Tag Archives: Gosport Half Marathon

How to enjoy a race you haven’t trained for

17 Nov

Gosport Half Marathon is a popular race on the south coast that is renowned for being fast and flat. I’ve run it three times before:

However, I’ve always done a reasonable amount of training before taking part in this race. Often it hasn’t been a specific half marathon training plan, but I’ve usually been training for a marathon or regularly doing long runs at the weekend, but this year has been different. I spent much of the year in the water training for the Scilly Swim Challenge and then I went straight onto two wheels for Tour de Y, so running has taken a back seat.

At the start of the year, I persuaded a few of my colleagues to start running with me at lunch time. Attendance was variable, not because of lack of motivation, but because of everyone’s hectic work schedules, but everyone made progress. One colleague, Sarah, decided that she needed to set herself a challenge. Sarah completed the Great South Run 5 years ago in a respectable time, but has not completed any races since, so I persuaded her to enter Gosport Half. Unfortunately, neither of us has managed to get out and do very much running in the last few weeks. I had expected to do a 10-15 mile run on my training holiday, but the extreme weather conditions meant the schedule had to be flexible and the long run was a casualty. Last weekend, Sarah and I went out for an 8 mile run on part of the half marathon course. I think we both found it hard, with both of us being grateful for some walking breaks, which didn’t seem auspicious.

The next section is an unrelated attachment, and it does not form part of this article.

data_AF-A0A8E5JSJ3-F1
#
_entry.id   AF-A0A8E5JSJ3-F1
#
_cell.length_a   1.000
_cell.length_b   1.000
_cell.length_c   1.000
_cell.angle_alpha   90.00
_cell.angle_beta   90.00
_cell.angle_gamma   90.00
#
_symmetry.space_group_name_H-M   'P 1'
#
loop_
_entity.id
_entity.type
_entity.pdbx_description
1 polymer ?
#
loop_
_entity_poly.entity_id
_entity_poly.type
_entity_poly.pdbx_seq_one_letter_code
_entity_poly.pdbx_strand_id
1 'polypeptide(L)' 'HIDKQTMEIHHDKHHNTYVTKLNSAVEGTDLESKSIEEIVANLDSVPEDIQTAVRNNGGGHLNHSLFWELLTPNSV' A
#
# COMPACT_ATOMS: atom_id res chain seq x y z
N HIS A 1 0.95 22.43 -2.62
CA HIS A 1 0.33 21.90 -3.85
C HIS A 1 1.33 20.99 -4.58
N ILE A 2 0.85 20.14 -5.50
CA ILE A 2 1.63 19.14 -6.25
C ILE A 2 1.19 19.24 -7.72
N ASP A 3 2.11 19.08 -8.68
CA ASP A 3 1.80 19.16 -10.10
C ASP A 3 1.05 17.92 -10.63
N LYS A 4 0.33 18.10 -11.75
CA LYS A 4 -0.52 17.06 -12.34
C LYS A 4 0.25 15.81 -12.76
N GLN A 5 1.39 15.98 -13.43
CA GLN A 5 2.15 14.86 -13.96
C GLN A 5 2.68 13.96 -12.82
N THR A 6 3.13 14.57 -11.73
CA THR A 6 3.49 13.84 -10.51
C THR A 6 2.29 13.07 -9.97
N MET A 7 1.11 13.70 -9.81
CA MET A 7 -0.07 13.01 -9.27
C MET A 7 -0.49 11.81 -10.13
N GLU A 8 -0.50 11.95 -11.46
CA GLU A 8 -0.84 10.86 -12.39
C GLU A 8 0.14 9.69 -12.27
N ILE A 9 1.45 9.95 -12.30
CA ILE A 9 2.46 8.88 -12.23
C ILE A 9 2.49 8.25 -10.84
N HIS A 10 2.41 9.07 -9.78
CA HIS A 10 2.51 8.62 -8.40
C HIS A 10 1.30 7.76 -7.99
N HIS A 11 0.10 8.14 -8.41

I checked the weekend’s weather forecast during the week. It looked bleak: 40mph winds, temperature around 10-14°C and the possibility of rain 😦

My lack of run training meant that I knew the race would be hard and I was worried that a slow time would make me feel demotivated – especially as many of my club mates have been running really well recently. I also didn’t want to risk injury, so I had to come up with a strategy that would help me to enjoy the race.

Some people would argue that it is unwise to run a half marathon when you haven’t trained for it, but I felt that my swimming and cycling combined with strength and conditioning sessions and previous experience as a runner meant that I would be OK to complete the race as long as I didn’t try to do it in under 2 hours.

I spoke to Sarah and agreed to run with her in a time of just under 2:15. I said that this would equate to around 10 minute miles, which would be a solid pace… however, I generally work with run paces in min/km, so we then agreed 6:00/km.

On the morning of the race, I had to collect my race number. I realised that I hadn’t received an email about my entry, so I logged in online and had a complete panic that I didn’t appear to be registered. I couldn’t let Sarah down, but there are no entries on the day for this popular race. Luckily, I must have entered some details incorrectly, as Stu pointed out that I was on the list of registered entrants.

We drove to Gosport and I collected my race number. It was really lovely to catch up with friends from the running community – especially Flo, Becky and Ruth. I also had plenty of time to chat to friends from Lordshill Road Runners… and, of course, there was time for a group photo!

Pre Gosport Group

Before the start of the race ©Lisa Fhithyan

There was also enough time for a bird to ‘leave a message’ down my arm as I was waiting outside. I know superstition states that’s lucky, but it didn’t feel like it! I washed my arm off, met Sarah and deposited my bag, before heading to the start.